Armed with the three tools that he can’t cook without — a cast-iron pan, a Microplane, and a lighter — chef Sam Talbot crafts signature iterations of comfort food from his chef’s table — a repurposed chicken coop at Brooklyn’s Pretty Southern. Housed in a 19th century building, the new restaurant, which follows Talbot’s philosophy that delicious, decadent food can be made from clean ingredients, features a glass window that separates the kitchen from the restaurant, inviting diners to “See where all the magic happens.”
On the other side of the window, a different kind of magic takes place. Collected vintage tableware, exposed brick, and photos of Basquiat, Bob Marley and Peter Tosh are all elements of a design philosophy that Talbot considers comfortably inviting, simple and chic. “I love when things are mismatched, yet feel orchestrated and purposeful,” says the chef, whose inspiration for Pretty Southern’s interior comes from his own home, filled with plants, succulents, and collectibles from over 42 countries of travel. His attention to detail without being overly fussy is realized in the restaurant’s eclectic collection of 1940s silverware sourced from an estate sale in upstate New York, vintage plates from an antique shop in Greenpoint (“My secret store where I buy my plates for two dollars a pop”), and a carefully curated playlist which he swears by. “If you have good music and delicious food,” Talbot explains,“ the rest should come together pretty simply.”
A recipe for magic? Perhaps. But according to Talbot, who shared an exclusive recipe with us from his new book, 100% Real, it’s just “Southern hospitality at its finest.”
Le Creuset Individual Lidded Soup Bowls
Mid Century Cookware Including Le Creuset and Copco Denmark
Le Creuset, Homer Laughlin and Union Dinnerware
All-Clad Brushed Stainless Steel Pots and Pans
KitchenAid Food Processor, Measuring Pitcher and Timer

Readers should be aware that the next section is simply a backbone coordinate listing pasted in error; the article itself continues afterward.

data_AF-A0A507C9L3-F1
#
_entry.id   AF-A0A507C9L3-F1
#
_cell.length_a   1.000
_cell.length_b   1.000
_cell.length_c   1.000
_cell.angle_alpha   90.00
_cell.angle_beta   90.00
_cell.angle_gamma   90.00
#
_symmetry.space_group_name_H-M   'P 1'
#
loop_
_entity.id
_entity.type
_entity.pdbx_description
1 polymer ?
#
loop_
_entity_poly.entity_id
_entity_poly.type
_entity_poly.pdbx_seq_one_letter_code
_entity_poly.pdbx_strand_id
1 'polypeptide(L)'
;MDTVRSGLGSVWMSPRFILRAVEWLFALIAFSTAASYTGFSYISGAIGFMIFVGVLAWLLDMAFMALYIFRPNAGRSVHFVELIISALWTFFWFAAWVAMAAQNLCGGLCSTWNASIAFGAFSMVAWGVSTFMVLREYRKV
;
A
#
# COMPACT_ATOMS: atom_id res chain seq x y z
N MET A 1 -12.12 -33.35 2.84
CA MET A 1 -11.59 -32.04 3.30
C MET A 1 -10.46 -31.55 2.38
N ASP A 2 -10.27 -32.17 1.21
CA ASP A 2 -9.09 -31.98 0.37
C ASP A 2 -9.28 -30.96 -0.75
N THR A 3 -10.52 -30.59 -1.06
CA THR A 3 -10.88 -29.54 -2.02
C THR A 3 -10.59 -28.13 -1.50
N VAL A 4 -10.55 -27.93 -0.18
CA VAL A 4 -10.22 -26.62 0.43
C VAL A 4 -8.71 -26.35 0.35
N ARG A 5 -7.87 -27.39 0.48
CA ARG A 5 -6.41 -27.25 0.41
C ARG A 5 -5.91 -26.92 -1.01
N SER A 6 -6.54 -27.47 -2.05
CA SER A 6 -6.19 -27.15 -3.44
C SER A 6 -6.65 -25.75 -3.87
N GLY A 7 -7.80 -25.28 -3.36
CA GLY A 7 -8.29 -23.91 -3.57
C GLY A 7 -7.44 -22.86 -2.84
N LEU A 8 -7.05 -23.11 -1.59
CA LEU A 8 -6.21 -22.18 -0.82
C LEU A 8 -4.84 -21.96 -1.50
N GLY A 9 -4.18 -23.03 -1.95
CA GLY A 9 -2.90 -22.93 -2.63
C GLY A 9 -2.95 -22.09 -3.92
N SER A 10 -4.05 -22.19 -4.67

Pyrex Red and Yellow "Primary Colors" Mixing Bowls
Pyrex Green and White "Spring Blossom" Stacking Mixing Bowls and Baking Dish
EBTH Cincinnati - East End
Pyrex Ruby Glass Apothecary or Laboratory Bottles, Vintage
Spiced Sweet Potatoes on Country Toast with Banana Peppers and Cilantro
15 pear tomatoes
2 poblano peppers, seeds removed and thinly sliced
2 tablespoons extra-virgin olive oil
1 pound Okinawan sweet potatoes or yams, peeled and cut lengthwise into 1/2-inch thick pieces
2 tablespoons roasted garlic oil
1 tablespoon sambal oelek
1 teaspoon ground cumin
1 teaspoon onion powder
1 teaspoon garlic powder
½ teaspoon ancho chile powder
Kosher salt and freshly ground black pepper, to taste
12 to 15 cilantro leaves, plus 1/2 cup leaves and tender stems
6 sweet banana peppers, thinly sliced
2 1/2 tablespoons fresh lime juice and zest (about 2 limes)
1/4 cup plain yogurt (not Greek-style)
6 slices whole-grain country bread
1. Preheat the oven to 400°F. Toss the tomatoes and sliced poblano peppers with the olive oil on a baking sheet; arrange in a single layer. Bake until tender, about 15 minutes. Set aside.
2. Toss the potatoes, garlic oil, sambal oelek, cumin, onion powder, garlic powder, chile powder, salt, and black pepper on a baking sheet and spread into an even layer; roast, flipping once, until cooked and browned, 20 minutes.
3. Mix the tomatoes and poblano peppers, 12 to 15 cilantro leaves, banana peppers, 2 tablespoons of the lime juice, salt, and pepper in a bowl; set the dressing aside. Stir the yogurt and remaining 1/2 tablespoon lime juice in a bowl.
4. To assemble the sandwiches, layer 3 slices of the bread with the sweet potatoes, salsa, yogurt mixture, and the remaining 1/2 cup cilantro leaves. Top with the remaining slices of bread. Garnish with lime zest.
Excerpted from 100% Real by Sam Talbot. Copyright © 2017 Oxmoor House. Reprinted with permission from Time Inc. Books, a division of Time Inc. New York, NY. All rights reserved.